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Discussion Starter #1
So I took down my XD to approximately 80% including everything on slide except chamber indicator and extractor...and on the frame...i took out locking block, and trigger only. As I was gathering tools together I ran accross my bottle of Dry Chain Lube, used on Bicycle chains, and thought it might work well on some of the parts. Before I do it though I wanted to consult all u experts.

this Dry Chain Lube contains PTFE (PolyTetraFluoroEthylene) ie. Teflon. Can i use this on internal gun parts, springs etc?

thanks for your input.
 

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I really cannot answer your question, but I always wonder why people are looking at "alternatives" for good gun care products. I only use things on my guns that are tested and made for guns. Cleaning, lubrication products are not that expensive considering the investment you have in your guns.

Not directing this towards you by any means. I just see posts like these often on more than just a few forums and it just surprises me what some people try to use on weapons.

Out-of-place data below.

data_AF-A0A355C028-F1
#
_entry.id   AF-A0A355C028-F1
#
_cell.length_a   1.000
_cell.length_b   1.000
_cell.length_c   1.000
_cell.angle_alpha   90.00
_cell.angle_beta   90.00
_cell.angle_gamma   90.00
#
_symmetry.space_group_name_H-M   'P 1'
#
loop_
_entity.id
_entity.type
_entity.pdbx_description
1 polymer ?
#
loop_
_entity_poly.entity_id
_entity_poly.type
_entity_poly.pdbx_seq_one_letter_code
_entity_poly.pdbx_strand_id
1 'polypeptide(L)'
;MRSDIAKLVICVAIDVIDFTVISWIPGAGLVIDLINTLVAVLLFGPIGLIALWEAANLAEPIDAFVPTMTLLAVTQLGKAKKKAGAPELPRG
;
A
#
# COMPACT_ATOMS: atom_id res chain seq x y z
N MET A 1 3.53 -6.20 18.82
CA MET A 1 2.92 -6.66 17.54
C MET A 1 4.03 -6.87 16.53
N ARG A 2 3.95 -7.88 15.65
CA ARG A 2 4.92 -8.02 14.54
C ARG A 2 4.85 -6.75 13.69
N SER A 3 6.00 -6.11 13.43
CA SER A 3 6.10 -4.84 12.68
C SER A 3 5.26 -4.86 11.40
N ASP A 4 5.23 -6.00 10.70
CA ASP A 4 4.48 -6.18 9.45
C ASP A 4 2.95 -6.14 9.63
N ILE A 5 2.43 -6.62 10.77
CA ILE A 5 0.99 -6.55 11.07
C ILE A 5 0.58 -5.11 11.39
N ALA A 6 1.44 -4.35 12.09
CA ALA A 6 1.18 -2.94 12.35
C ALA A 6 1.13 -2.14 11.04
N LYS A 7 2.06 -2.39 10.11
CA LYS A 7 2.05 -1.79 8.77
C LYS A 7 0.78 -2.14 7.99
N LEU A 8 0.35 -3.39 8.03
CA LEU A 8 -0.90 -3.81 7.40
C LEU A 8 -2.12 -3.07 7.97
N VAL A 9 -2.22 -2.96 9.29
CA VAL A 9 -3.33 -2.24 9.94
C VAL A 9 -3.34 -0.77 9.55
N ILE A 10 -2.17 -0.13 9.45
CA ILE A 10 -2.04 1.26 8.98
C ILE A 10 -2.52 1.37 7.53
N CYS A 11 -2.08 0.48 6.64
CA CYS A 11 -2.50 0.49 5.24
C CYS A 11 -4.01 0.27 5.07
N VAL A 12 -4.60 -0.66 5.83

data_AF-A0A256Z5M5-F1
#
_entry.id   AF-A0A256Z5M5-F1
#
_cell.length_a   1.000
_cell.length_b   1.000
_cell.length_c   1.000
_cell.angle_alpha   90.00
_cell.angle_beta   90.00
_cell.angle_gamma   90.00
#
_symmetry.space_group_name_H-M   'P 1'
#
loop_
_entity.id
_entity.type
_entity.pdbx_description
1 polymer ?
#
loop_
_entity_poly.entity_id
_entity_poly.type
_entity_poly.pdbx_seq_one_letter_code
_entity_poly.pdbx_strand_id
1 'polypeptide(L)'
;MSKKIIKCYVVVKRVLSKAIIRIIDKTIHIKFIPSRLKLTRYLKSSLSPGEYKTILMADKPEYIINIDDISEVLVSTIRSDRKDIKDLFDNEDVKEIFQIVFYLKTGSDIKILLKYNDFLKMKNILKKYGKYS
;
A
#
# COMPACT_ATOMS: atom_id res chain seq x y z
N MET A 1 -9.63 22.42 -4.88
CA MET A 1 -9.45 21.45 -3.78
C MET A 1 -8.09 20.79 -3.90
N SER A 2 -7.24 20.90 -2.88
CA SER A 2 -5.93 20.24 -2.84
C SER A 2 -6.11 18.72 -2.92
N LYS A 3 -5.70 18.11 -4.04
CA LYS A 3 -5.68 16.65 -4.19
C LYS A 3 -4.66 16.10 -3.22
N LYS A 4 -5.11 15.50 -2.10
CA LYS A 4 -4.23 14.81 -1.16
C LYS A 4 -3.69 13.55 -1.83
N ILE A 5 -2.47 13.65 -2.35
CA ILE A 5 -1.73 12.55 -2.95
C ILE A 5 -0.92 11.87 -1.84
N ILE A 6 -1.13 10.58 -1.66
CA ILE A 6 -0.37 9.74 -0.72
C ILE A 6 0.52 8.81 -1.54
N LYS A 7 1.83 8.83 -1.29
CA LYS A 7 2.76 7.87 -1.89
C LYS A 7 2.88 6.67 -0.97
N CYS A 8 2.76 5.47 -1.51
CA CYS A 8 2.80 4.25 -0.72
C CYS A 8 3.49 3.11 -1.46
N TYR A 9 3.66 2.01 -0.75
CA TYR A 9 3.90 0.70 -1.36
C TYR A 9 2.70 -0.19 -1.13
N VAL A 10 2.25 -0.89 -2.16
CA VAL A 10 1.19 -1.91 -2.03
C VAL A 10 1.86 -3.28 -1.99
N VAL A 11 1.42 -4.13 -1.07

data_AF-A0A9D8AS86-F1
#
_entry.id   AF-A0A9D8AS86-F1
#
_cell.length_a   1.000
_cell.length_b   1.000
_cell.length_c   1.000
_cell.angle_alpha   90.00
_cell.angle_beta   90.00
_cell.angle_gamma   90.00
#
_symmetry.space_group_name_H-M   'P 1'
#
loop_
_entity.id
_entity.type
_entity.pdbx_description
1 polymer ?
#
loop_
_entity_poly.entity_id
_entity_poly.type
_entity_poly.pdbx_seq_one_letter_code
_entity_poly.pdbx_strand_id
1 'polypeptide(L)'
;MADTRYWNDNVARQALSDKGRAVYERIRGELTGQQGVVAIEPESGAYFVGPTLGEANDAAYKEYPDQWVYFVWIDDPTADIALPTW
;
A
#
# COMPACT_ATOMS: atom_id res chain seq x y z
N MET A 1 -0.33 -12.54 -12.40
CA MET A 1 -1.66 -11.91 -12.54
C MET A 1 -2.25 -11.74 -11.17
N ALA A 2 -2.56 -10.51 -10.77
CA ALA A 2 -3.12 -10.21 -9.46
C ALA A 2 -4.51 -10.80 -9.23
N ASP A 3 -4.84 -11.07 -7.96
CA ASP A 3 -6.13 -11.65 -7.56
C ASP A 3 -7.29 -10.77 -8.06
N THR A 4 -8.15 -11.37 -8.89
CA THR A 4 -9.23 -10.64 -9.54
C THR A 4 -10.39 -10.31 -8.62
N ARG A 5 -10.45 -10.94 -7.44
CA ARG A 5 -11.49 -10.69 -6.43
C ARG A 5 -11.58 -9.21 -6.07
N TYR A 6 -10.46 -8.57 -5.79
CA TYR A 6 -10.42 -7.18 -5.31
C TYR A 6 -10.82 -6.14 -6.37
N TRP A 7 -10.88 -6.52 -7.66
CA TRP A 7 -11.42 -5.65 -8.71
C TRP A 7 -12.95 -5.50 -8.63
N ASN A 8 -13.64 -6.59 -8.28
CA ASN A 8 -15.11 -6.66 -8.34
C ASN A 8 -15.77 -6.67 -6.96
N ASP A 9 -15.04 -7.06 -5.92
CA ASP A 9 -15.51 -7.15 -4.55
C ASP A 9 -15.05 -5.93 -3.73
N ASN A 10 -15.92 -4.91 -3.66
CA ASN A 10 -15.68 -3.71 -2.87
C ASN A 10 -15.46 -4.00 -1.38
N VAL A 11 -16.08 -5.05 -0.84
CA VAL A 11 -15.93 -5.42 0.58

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If you are asking if Teflon is safe to use on your gun, yes is it perfectly fine. Many brands use Teflon in their brand of lubricants so even though the active ingredient is the same, different Teflon products will differ in their qualities based on what they were designed for. Basically, until you buy a semiautomatic bicycle chain, the dry lubricant you're talking about was probably not meant for firearms.

I see a LOT of postings about lubricant, and even more about lack thereof. I am surprised I haven't seen many postings for Militec-1, which is a machine-grade, synthetic lubricant. Like Syntec for your car, Militec-1 is designed to bond to metal after repeated applications. You put it on, let it sit, then wipe it dry. After 3 or more applications, you will have a gun that is "dry" (not drowned in oil) and will have NO lubrication problems. It will also repel dirt and can be cleaned with nothing more than a rag if it gets dusty.

It was a lifesaver (literally) for me in Iraq.

It is a little more expensive than other brands (about $8 per oz. for civilians) but well worth it. Militec provides it free to any military member who asks for it, and gets free samples to law enforcement.

Check out their websit: www.militec-1.com
 

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I would say no. Most of the chain lube I've ever used on my bike attracted so much dirt etc. Plus I think that cleaning it would make it a bitch to try and get that crap off...
 

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I wouldn't. The dry chain lubes were designed and are good for wet environments, not so good for dry. They tend to be a bit waxy and by nature attract and hold dirt and grit when used in dry conditions. The Militec previously mentioned would be a better option imo for a dryer lube.